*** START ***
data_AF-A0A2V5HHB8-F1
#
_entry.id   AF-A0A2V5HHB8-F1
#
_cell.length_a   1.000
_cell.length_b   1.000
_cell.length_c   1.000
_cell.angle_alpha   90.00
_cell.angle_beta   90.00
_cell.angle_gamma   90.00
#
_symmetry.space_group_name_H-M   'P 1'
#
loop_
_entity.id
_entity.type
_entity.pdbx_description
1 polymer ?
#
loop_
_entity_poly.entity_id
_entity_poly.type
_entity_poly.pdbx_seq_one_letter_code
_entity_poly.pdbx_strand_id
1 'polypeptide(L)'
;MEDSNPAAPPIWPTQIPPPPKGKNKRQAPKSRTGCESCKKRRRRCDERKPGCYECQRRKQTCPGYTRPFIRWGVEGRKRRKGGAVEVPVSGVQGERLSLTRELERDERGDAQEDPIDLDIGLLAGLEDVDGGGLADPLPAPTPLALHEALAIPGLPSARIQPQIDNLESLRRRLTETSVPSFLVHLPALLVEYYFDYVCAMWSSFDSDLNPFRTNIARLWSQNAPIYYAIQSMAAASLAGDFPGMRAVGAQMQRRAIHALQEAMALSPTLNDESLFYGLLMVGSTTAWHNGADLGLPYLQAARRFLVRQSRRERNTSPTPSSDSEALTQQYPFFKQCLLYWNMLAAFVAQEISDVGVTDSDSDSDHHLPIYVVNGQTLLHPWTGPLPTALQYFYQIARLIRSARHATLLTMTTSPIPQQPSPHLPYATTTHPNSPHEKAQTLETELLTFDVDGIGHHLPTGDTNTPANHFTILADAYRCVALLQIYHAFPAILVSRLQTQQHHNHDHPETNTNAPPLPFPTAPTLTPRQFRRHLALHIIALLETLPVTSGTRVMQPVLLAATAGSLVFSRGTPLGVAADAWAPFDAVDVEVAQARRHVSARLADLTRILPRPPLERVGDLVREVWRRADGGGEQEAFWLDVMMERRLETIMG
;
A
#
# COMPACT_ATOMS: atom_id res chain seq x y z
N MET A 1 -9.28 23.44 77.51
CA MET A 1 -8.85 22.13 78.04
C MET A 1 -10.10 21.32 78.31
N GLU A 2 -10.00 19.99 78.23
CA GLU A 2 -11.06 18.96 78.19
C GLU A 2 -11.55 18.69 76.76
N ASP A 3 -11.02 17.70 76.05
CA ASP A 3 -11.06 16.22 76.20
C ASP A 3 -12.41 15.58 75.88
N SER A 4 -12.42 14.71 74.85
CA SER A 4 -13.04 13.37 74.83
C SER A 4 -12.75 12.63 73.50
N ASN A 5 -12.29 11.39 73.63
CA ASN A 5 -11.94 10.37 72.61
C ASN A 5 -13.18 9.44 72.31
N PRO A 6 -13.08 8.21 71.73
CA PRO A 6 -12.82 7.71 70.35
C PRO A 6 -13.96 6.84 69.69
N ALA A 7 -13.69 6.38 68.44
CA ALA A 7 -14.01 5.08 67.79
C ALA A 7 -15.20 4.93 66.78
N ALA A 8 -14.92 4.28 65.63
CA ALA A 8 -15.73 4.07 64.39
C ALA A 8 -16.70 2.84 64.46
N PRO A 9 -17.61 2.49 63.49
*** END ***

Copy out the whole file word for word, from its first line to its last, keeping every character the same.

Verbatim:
data_AF-A0A2V5HHB8-F1
#
_entry.id   AF-A0A2V5HHB8-F1
#
_cell.length_a   1.000
_cell.length_b   1.000
_cell.length_c   1.000
_cell.angle_alpha   90.00
_cell.angle_beta   90.00
_cell.angle_gamma   90.00
#
_symmetry.space_group_name_H-M   'P 1'
#
loop_
_entity.id
_entity.type
_entity.pdbx_description
1 polymer ?
#
loop_
_entity_poly.entity_id
_entity_poly.type
_entity_poly.pdbx_seq_one_letter_code
_entity_poly.pdbx_strand_id
1 'polypeptide(L)'
;MEDSNPAAPPIWPTQIPPPPKGKNKRQAPKSRTGCESCKKRRRRCDERKPGCYECQRRKQTCPGYTRPFIRWGVEGRKRRKGGAVEVPVSGVQGERLSLTRELERDERGDAQEDPIDLDIGLLAGLEDVDGGGLADPLPAPTPLALHEALAIPGLPSARIQPQIDNLESLRRRLTETSVPSFLVHLPALLVEYYFDYVCAMWSSFDSDLNPFRTNIARLWSQNAPIYYAIQSMAAASLAGDFPGMRAVGAQMQRRAIHALQEAMALSPTLNDESLFYGLLMVGSTTAWHNGADLGLPYLQAARRFLVRQSRRERNTSPTPSSDSEALTQQYPFFKQCLLYWNMLAAFVAQEISDVGVTDSDSDSDHHLPIYVVNGQTLLHPWTGPLPTALQYFYQIARLIRSARHATLLTMTTSPIPQQPSPHLPYATTTHPNSPHEKAQTLETELLTFDVDGIGHHLPTGDTNTPANHFTILADAYRCVALLQIYHAFPAILVSRLQTQQHHNHDHPETNTNAPPLPFPTAPTLTPRQFRRHLALHIIALLETLPVTSGTRVMQPVLLAATAGSLVFSRGTPLGVAADAWAPFDAVDVEVAQARRHVSARLADLTRILPRPPLERVGDLVREVWRRADGGGEQEAFWLDVMMERRLETIMG
;
A
#
# COMPACT_ATOMS: atom_id res chain seq x y z
N MET A 1 -9.28 23.44 77.51
CA MET A 1 -8.85 22.13 78.04
C MET A 1 -10.10 21.32 78.31
N GLU A 2 -10.00 19.99 78.23
CA GLU A 2 -11.06 18.96 78.19
C GLU A 2 -11.55 18.69 76.76
N ASP A 3 -11.02 17.70 76.05
CA ASP A 3 -11.06 16.22 76.20
C ASP A 3 -12.41 15.58 75.88
N SER A 4 -12.42 14.71 74.85
CA SER A 4 -13.04 13.37 74.83
C SER A 4 -12.75 12.63 73.50
N ASN A 5 -12.29 11.39 73.63
CA ASN A 5 -11.94 10.37 72.61
C ASN A 5 -13.18 9.44 72.31
N PRO A 6 -13.08 8.21 71.73
CA PRO A 6 -12.82 7.71 70.35
C PRO A 6 -13.96 6.84 69.69
N ALA A 7 -13.69 6.38 68.44
CA ALA A 7 -14.01 5.08 67.79
C ALA A 7 -15.20 4.93 66.78
N ALA A 8 -14.92 4.28 65.63
CA ALA A 8 -15.73 4.07 64.39
C ALA A 8 -16.70 2.84 64.46
N PRO A 9 -17.61 2.49 63.49